Creating the plan
In a May 27 report to the County Commission, Kalajian explained that in February, staff began contacting nine venues to gain ideas about a local cultural pass initiative. Then, on April 11, “the formal Family Field Trip proposal was presented at a meeting of potential partners; meetings with individual participants followed in April and May,” she added.
In a June 1 email to Robinson — following up on details the commissioner sought after reading the May 27 report — Kalajian noted that four of the five partners for the Family Field Trip program will provide one pass per week per library for the eight weeks of the library system’s traditional Summer Reading Program. That will result in 288 passes, she added.
The fifth partner, Historic Spanish Point, offered to give five passes to each library for the same period, for a total of 360, Kalajian noted. Therefore, 648 passes will be available.
That means 2,592 people potentially “will explore an attraction this summer, right in their Sarasota County ‘backyard,’” Kalajian added.
All the participating partners plan to promote the program, as will community agencies that serve disadvantaged families, Kalajian wrote in the May 27 report.
All the partners also have agreed to evaluate the program at its mid-point, she added, “to determine if they wish to increase participation.”
A summary of the initiative will be provided after it concludes, she noted.
In an April 20 update to the commissioners, Kalajian wrote that members of her staff and those of the county’s Economic Development Department had been meeting regularly with representatives of the Arts and Cultural Alliance of Sarasota County and Visit Sarasota County since October 2015 to develop the structure of the program, basing their model on facets of similar initiatives across the United States.
In her June 1 email to Robinson, Kalajian noted, “We recognize this is a modest start for the program and the demand will likely far exceed the supply of passes.”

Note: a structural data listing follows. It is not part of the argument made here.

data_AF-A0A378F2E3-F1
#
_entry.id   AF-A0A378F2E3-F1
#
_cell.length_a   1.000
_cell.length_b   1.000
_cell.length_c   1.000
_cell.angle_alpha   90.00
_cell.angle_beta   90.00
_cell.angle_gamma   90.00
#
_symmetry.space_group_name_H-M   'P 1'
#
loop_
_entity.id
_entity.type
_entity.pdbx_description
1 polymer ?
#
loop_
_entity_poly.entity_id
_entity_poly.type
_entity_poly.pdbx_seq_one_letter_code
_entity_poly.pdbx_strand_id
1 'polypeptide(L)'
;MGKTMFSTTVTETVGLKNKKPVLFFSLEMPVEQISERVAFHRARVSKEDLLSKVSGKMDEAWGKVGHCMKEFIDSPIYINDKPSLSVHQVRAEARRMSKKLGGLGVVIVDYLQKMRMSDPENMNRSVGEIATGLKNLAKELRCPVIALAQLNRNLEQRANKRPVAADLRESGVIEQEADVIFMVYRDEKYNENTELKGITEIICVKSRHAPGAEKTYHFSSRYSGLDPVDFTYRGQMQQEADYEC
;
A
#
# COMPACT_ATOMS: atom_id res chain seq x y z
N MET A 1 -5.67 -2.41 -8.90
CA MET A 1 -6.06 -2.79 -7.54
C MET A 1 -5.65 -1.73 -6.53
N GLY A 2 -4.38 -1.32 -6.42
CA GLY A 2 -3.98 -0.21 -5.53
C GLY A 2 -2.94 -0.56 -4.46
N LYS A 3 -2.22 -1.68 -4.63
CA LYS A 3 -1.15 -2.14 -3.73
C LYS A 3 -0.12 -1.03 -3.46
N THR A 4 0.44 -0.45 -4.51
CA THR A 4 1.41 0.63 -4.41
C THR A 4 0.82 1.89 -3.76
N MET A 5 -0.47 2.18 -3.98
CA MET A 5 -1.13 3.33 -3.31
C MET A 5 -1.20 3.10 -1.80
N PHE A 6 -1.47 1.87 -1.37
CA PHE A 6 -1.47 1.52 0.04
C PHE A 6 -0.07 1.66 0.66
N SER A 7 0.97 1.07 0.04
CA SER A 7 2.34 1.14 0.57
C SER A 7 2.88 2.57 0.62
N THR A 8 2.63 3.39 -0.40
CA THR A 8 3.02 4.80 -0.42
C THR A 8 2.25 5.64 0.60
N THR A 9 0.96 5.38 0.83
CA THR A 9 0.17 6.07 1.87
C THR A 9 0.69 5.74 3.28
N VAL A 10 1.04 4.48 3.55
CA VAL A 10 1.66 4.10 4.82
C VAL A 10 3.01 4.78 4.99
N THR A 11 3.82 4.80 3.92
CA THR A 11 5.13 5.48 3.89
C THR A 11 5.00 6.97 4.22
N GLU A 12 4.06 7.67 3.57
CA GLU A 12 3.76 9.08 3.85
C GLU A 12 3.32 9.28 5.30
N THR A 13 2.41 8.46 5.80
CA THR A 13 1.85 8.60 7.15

Shirley also emphasized to the News Leader that this is a pilot program, adding that the planning group had worked hard to distinguish the offerings from other free activities available to children and families during the summer. For example, he said, the Ringling Museum of Art — the county’s top tourist attraction — already offers free admission to the public on Mondays and Saturdays during the summer months.
Shirley also pointed to the fact that this initiative is an example of “organizations meant to serve the community” finding new ways to assist families, especially those for whom the expense “might be a barrier” to visiting the county’s attractions.
Kalajian added in her email to Robinson this week that the planning group expected the libraries to be the primary sources of promoting the passes. “Given the big crowds that our Summer programming attracts, word will spread quickly,” she wrote.
After the first week of the availability of the passes, she pointed out, staff plans to evaluate the response level.
Robinson told the News Leader on June 2 that she is optimistic about expansion in the future. “Hopefully, this is just the tip of the iceberg for this program.”